A Q&A with ‘The Matrix’ star Laurence Fishburne
The Hollywood star performed at the Old Globe nearly three decades ago; he’ll receive an award from the San Diego Film Festival in October
The last time Laurence Fishburne took to a stage in San Diego, it worked out pretty well for him: The actor’s 1991 stint in the Old Globe production of August Wilson’s “Two Trains Running” was a prelude to a Broadway encore that earned him a Tony Award.
That was when Fishburne was a relatively little-known stage and screen actor who still went professionally by the first name “Larry.” And it was a good eight years before he was to gain the status of pop-culture icon as Morpheus, the mystical, shades-sporting, impeccably cool resistance leader from the “Matrix"movies.
Now, Fishburne is heading back to town — this time to pick up an honor named for another showbiz eminence.
On Oct. 18, Fishburne will receive the Gregory Peck Award for Cinematic Excellence, bestowed by the San Diego International Film Festival as part of its Night of the Stars tribute.
The award goes to “an individual whose work has made a profound impact on the art of cinema”; past honorees have included Alan Arkin, Annette Bening, Sir Patrick Stewart and Keith Carradine.
The late Peck was a San Diego native whose memorable movie career included an Academy Award for his turn as the principled attorney Atticus Finch in 1962’s “To Kill a Mockingbird”; he also was an original co-founder of La Jolla Playhouse.
And to Fishburne, Peck was a hero and role model who distinguished himself with his “quiet power and presence.”
As it happens, Fishburne made his own mark in the role of a legal giant — earning a 2008 Tony nomination for his portrayal of Thurgood Marshall, the first African-American justice of the U.S. Supreme Court, in the Broadway solo play “Thurgood.”
Along with his “Matrix” fame, though, Fishburne is perhaps best-known for wide-ranging performances in such movies as “What’s Love Got to Do With It” (which earned him a 1994 Oscar nomination), “Boyz n the Hood,” “Akeelah and the Bee,” “Mystic River,” “Othello” and “Ant-Man and the Wasp,” along with the TV shows “CSI: Crime Scene Investigation” and “Black-ish,” which he helps produce.
On the phone from Los Angeles, Fishburne talked in his instantly recognizable, throaty baritone about the Peck award, some favorite movie roles, the prospect of returning for the fourth “Matrix” film (sorry, not much to say there) and his memories of that earlier stint in San Diego.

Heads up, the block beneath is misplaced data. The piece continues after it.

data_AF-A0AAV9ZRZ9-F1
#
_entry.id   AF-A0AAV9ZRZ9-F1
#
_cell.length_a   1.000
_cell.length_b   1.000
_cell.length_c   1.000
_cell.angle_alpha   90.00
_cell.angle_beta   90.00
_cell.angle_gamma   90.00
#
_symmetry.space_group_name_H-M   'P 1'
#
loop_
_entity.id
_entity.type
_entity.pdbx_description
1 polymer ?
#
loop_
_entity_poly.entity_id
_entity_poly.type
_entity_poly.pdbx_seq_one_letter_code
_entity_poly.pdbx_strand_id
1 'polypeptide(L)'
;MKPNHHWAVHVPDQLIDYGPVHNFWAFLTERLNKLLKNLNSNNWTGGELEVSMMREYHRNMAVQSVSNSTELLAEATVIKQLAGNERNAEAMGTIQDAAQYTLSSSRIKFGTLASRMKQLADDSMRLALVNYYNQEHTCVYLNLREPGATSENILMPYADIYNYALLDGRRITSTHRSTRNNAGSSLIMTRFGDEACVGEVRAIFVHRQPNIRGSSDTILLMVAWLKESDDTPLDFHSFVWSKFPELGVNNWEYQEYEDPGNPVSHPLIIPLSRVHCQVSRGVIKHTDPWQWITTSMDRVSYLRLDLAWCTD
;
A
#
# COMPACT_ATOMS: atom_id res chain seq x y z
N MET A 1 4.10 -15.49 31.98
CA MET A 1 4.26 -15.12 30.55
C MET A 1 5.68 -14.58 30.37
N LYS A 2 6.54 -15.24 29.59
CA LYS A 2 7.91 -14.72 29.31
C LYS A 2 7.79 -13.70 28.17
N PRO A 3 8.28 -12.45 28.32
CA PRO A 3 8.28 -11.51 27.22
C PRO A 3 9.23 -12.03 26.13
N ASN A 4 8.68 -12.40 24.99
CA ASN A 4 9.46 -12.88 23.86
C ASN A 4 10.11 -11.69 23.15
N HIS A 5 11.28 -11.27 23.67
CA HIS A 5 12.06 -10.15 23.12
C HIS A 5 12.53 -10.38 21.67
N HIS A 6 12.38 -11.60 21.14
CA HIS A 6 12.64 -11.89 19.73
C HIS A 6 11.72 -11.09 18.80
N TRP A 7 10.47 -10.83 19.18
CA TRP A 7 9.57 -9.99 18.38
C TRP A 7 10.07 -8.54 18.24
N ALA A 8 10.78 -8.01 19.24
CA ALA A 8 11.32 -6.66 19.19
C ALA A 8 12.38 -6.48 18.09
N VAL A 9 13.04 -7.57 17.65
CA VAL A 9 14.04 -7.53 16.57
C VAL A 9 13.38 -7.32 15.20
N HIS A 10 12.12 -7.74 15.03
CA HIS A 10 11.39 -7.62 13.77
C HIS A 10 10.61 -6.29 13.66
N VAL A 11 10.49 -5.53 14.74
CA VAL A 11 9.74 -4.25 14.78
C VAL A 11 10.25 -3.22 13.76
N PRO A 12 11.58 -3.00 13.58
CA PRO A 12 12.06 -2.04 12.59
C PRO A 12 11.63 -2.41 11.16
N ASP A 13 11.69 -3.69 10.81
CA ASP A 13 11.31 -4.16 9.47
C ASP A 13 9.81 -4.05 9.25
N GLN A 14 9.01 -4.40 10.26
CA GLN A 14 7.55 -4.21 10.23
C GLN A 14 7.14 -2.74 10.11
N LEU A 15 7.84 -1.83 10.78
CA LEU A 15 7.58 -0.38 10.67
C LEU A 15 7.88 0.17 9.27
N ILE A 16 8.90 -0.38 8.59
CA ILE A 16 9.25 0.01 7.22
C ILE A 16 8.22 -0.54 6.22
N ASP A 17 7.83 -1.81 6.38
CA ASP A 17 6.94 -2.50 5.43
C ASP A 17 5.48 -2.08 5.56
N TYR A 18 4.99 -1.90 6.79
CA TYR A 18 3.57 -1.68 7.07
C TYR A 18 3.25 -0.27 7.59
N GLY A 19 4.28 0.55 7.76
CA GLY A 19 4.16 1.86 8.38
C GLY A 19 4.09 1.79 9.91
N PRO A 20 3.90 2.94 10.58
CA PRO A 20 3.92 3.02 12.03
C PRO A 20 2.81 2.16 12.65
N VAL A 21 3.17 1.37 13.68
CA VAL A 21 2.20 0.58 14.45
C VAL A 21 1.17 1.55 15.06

Q: So, obviously you’ve been to San Diego at least once before, with the pre-Broadway staging of “Two Trains Running.”
A: Yes. A hundred years ago!
Q: What do you remember about that experience?
A: Well, I found the Old Globe to be one of the most beautiful theaters in America — certainly that I’ve ever played. Just the grounds there in Balboa Park — it was really an amazing environment to go to work in.
Q: I’m guessing they’d love to have you back!
A: I wouldn’t hesitate. It’s a beautiful place.
Q: There’s also a theatrical connection with the Gregory Peck Award, given that he helped found La Jolla Playhouse. Do you still consider theater a big part of your life and career?
A: You know, I started in the theater, and I’m actually returning to the theater next year. I’m going into a production of (David Mamet’s) “American Buffalo,” with Sam Rockwell. It’s gonna be fun, yeah! I’m looking forward to it.
Q: Winning a Tony Award for one of the late August Wilson’s “Pittsburgh Cycle” plays was obviously a pivotal moment for you. Do you consider Wilson a hero of yours?
A: Absolutely. August is definitely a hero and a mentor. I miss him a great deal. I had the good fortune of working with him and the late (director) Lloyd Richards and the late (actor) Roscoe Lee Brown all at the same time. Those three men really had a huge impact on my life.
Q: It seems as though you’ve been able to shift so nimbly among characters onstage and in film — heroes and villains and everyday people and characters with extraordinary gifts. Would you say that stretching yourself that way is what feeds your artistic soul?
A: You know, I always want to try and surprise the audience as well as myself. So having range is helpful to that. And yeah, it keeps it fun for me: What can I do differently this time?
Q: That range extends to taking on creative roles outside of acting as well — you’re producing an animated series for Disney soon, right?
A: Yes — my production company, Cinema Gypsy, we’re developing this piece of material for Marvel called “Moon Girl and Devil Dinosaur” (about an African-American superhero). It’s a really interesting little comic book that came out maybe 15 years ago. So we’re bringing that to animated TV. We’ve been working on it for about three years, and it’s been a really interesting process.
Q: How did that project come about?
A: I went to my friends at Marvel and said, “How can I be involved with Marvel?” And they were like, “Well, we’ll look and see if there’s something for you to do.” And they found a nice role for me in the “Ant-Man” movies. Which was cool! And then they approached me about “Moon Girl and Devil Dinosaur,” and I was like, “Oooh yeah, thank you, please!”
Q: Have you always been a comics fan?
A: Oh yeah, man! I loved comic books as a kid. I was an avid Marvel reader. I was also a DC (Comics) reader. Oh yeah.